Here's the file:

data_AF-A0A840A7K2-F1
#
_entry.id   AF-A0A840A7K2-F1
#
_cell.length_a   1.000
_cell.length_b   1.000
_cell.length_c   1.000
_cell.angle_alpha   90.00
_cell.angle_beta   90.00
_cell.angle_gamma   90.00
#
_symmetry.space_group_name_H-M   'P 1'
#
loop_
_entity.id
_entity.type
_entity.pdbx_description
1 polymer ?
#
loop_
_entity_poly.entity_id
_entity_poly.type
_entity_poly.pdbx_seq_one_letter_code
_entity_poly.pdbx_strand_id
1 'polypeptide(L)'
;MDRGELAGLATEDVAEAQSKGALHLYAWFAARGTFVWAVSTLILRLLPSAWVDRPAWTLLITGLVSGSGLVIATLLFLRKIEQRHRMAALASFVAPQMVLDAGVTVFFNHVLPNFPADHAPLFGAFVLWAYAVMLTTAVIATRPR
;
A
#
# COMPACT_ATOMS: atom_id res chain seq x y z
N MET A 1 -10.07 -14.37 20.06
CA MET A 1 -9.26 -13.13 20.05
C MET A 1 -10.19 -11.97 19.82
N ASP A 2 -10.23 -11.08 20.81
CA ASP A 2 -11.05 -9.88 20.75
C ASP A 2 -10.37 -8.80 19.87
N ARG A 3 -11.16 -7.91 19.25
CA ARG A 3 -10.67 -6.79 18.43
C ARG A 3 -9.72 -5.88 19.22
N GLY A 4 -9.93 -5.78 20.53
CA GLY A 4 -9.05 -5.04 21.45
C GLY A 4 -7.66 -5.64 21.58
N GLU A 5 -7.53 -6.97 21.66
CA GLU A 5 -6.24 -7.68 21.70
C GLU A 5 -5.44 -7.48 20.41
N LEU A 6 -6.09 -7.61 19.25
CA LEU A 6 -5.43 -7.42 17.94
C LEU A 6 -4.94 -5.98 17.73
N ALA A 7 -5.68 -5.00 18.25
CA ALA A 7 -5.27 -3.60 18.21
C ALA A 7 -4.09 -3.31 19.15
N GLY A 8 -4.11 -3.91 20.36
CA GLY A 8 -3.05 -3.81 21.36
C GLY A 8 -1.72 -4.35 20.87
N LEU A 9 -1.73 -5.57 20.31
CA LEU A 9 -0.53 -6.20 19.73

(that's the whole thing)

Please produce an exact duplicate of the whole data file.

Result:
data_AF-A0A840A7K2-F1
#
_entry.id   AF-A0A840A7K2-F1
#
_cell.length_a   1.000
_cell.length_b   1.000
_cell.length_c   1.000
_cell.angle_alpha   90.00
_cell.angle_beta   90.00
_cell.angle_gamma   90.00
#
_symmetry.space_group_name_H-M   'P 1'
#
loop_
_entity.id
_entity.type
_entity.pdbx_description
1 polymer ?
#
loop_
_entity_poly.entity_id
_entity_poly.type
_entity_poly.pdbx_seq_one_letter_code
_entity_poly.pdbx_strand_id
1 'polypeptide(L)'
;MDRGELAGLATEDVAEAQSKGALHLYAWFAARGTFVWAVSTLILRLLPSAWVDRPAWTLLITGLVSGSGLVIATLLFLRKIEQRHRMAALASFVAPQMVLDAGVTVFFNHVLPNFPADHAPLFGAFVLWAYAVMLTTAVIATRPR
;
A
#
# COMPACT_ATOMS: atom_id res chain seq x y z
N MET A 1 -10.07 -14.37 20.06
CA MET A 1 -9.26 -13.13 20.05
C MET A 1 -10.19 -11.97 19.82
N ASP A 2 -10.23 -11.08 20.81
CA ASP A 2 -11.05 -9.88 20.75
C ASP A 2 -10.37 -8.80 19.87
N ARG A 3 -11.16 -7.91 19.25
CA ARG A 3 -10.67 -6.79 18.43
C ARG A 3 -9.72 -5.88 19.22
N GLY A 4 -9.93 -5.78 20.53
CA GLY A 4 -9.05 -5.04 21.45
C GLY A 4 -7.66 -5.64 21.58
N GLU A 5 -7.53 -6.97 21.66
CA GLU A 5 -6.24 -7.68 21.70
C GLU A 5 -5.44 -7.48 20.41
N LEU A 6 -6.09 -7.61 19.25
CA LEU A 6 -5.43 -7.42 17.94
C LEU A 6 -4.94 -5.98 17.73
N ALA A 7 -5.68 -5.00 18.25
CA ALA A 7 -5.27 -3.60 18.21
C ALA A 7 -4.09 -3.31 19.15
N GLY A 8 -4.11 -3.91 20.36
CA GLY A 8 -3.05 -3.81 21.36
C GLY A 8 -1.72 -4.35 20.87
N LEU A 9 -1.73 -5.57 20.31
CA LEU A 9 -0.53 -6.20 19.73